HELPFUL TIPS TO PROTECT YOURSELF FROM ID THEFT
When you're writing checks to pay your credit card accounts, do not put the complete account number on the "for" line. Instead, just put the last four numbers. The credit card company knows the rest of the number, and anyone who might be handling your check as it passes through all the check processing channels won't have access to it.
Put your work phone # on your checks instead of your home phone. If you have a PO Box use that instead of your home address. If you do not have a PO Box, use your work address. Never have your SS# printed on your checks.
- Place the contents of your wallet on a photocopy machine. Copy both sides of each license, credit card, etc. You will know what you had in your wallet and all of the account numbers and phone numbers to call and cancel. Keep the photocopy in a safe place.
- Have the toll free numbers in a safe place, but handy to get to so you know whom to call.
- File a police report immediately in the jurisdiction where your credit cards, etc., were stolen. This proves to credit providers you were diligent, and this is a first step toward an investigation if needed.
- Call the 3 national credit reporting organizations immediately to place a fraud alert on your name and also call the Social Security Fraud line number. This helps any company that checks your credit to know your information was stolen, and they have to contact you by phone to authorize new credit.
- Do not give out personal information on the telephone, through email, or over the internet unless you know whom you are dealing with.
- Never click on links sent in unsolicited emails.
- Keep your anti-virus and anti-spyware software up-to-date.
- Do not use an obvious password, such as birth dates, mother's maiden name, a pet's name, the last four digits of your Social Security number (SSN), etc.
- Shred all financial documents and paperwork before discarding them.
- Protect your SSN. Only give it out if it is necessary or ask to use another identifier.
- Keep your personal information in a secure place at home.
- Monitor your financial statements regularly and notify your financial institution immediately when you discover a potentially fraudulent transaction.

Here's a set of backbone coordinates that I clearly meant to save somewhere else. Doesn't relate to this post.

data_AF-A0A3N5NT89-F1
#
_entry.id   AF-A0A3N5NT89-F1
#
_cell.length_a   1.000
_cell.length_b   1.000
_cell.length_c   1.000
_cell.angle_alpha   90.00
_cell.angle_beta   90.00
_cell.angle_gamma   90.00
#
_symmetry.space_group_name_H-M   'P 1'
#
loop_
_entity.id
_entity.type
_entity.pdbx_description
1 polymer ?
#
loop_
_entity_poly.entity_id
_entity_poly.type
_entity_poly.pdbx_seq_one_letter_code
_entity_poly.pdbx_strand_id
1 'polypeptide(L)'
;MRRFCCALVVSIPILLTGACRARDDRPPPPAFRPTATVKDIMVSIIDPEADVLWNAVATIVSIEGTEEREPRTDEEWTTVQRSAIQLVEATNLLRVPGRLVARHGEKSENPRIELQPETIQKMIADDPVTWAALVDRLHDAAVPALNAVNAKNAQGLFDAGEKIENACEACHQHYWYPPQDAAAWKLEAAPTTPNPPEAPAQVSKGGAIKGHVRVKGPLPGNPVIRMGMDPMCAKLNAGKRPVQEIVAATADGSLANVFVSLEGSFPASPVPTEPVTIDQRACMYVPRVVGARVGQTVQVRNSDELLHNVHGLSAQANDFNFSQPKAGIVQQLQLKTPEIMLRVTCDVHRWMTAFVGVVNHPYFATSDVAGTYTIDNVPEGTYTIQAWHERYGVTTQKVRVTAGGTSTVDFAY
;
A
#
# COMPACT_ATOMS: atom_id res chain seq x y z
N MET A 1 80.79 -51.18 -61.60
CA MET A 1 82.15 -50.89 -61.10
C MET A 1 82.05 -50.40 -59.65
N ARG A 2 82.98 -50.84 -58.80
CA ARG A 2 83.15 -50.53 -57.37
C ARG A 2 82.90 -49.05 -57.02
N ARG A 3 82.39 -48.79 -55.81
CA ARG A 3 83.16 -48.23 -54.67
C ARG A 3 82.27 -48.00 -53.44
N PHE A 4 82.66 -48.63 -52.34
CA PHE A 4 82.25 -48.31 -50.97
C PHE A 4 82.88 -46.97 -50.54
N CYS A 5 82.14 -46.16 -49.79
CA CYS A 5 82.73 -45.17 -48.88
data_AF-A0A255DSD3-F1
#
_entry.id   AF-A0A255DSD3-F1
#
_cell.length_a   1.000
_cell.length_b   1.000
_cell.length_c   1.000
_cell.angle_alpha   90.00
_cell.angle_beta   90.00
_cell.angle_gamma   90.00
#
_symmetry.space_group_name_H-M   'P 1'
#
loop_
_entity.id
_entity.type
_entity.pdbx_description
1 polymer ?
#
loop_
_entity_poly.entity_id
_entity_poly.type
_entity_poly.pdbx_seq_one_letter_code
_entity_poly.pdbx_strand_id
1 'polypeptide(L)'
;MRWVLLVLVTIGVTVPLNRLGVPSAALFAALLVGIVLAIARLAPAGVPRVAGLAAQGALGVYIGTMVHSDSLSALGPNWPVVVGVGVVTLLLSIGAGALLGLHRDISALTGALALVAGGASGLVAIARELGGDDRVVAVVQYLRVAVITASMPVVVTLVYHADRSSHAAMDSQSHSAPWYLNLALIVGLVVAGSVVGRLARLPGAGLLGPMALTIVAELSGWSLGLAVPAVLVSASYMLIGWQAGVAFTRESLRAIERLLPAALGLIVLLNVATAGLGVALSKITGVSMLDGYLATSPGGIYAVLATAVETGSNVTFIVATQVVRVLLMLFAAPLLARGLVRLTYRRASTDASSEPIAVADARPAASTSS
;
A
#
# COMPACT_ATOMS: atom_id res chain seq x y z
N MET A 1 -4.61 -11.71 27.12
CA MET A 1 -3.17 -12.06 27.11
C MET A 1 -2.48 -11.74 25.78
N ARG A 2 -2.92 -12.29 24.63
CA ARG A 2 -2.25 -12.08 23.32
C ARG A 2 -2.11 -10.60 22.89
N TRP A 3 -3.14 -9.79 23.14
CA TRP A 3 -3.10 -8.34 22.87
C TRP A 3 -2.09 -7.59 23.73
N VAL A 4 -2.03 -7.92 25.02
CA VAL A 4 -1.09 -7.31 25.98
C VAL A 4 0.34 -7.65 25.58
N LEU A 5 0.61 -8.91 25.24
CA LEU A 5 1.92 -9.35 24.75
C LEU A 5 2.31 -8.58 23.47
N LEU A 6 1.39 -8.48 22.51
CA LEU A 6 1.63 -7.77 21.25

HERE ARE THE PHONE NUMBERS FOR THE 3 NATIONAL CREDIT REPORTING ORGANIZATIONS AND THE SOCIAL SECURITY FRAUD LINE.
Here are some websites to report ID theft
http://www.ftc.gov/ (Federal Trade Commission)
www.usps.com/postalinspectors/ (mail fraud)
www.ssa.gov (social security number fraud)
www.ic3.gov/ (internet fraud)
www.fraud.org (fake check fraud)
Don't forget to keep your social security number in a safe place, and any papers or bank statements with account numbers and or personal information on them should be shredded. It is very important NOT to give people access to your information.
Email Scam Alert!
One of our members had received a suspicious email from a company claiming to be the Iowa Credit Union League, stating that they "had to lock the member's account because they have reasons to believe that it has been compromised ..." The email also contains a link for the member to click on to "confirm their identity by completing a secure form..." Please DELETE the message and DO NOT respond to these e-mails because it's an Internet scam known as Phishing.
Instead of utilizing the internet as a tool to trick web users, scam artists have now turned to the phone. With this scam, internet users don't have to be linked to a different website anymore, but are urged to call the phone number given in the email to enter their information. In some cases, people might receive unsolicited phone calls and information could be compromised that way also. The fraudsters are identifying themselves as calling from the credit union. The automated calling system is asking the members to enter their account number, expiration date and CVV2/CVC2 codes.
NOTE: It's always a good idea to use the phone number on the back of the bank card or credit card if you are asked to verify or inquire about your personal account information.
The purpose of phishing is to steal your identity. Phishers are scam artists who use mass emails pretending to be a trusted organization like Tradesmen Community Credit Union (TCCU) to ask for your personal information. Usually, the email will contain a link to another website that might look like a legitimate website where you are asked to verify or update your information such as DebitCard number, PIN number, Account number, etc...TCCU will NEVER email or call you to obtain for your personal information. We already have that information on file.
Uses text messages on cellular phones to bait receivers into providing secured information
This is an email-spoofing attempt that targets a person by name, seeking to gain confidential data. As with the email messages used in regular phishing, spear phishing messages appear to come from a trusted source.
Fraud Fighting Tips
- Never record your account number,PIN or password on paper and store in your wallet or purse.
- Always use a normal phone number that you regularly use to call your financial institution.
- Never give out your account number, PIN or password on the phone unless you initiate the call. (Tradesmen CCU will NEVER ask for this information over the phone unless you initiated the call.)
- Never send your full account number, PIN or password in an e-mail message or other written communications.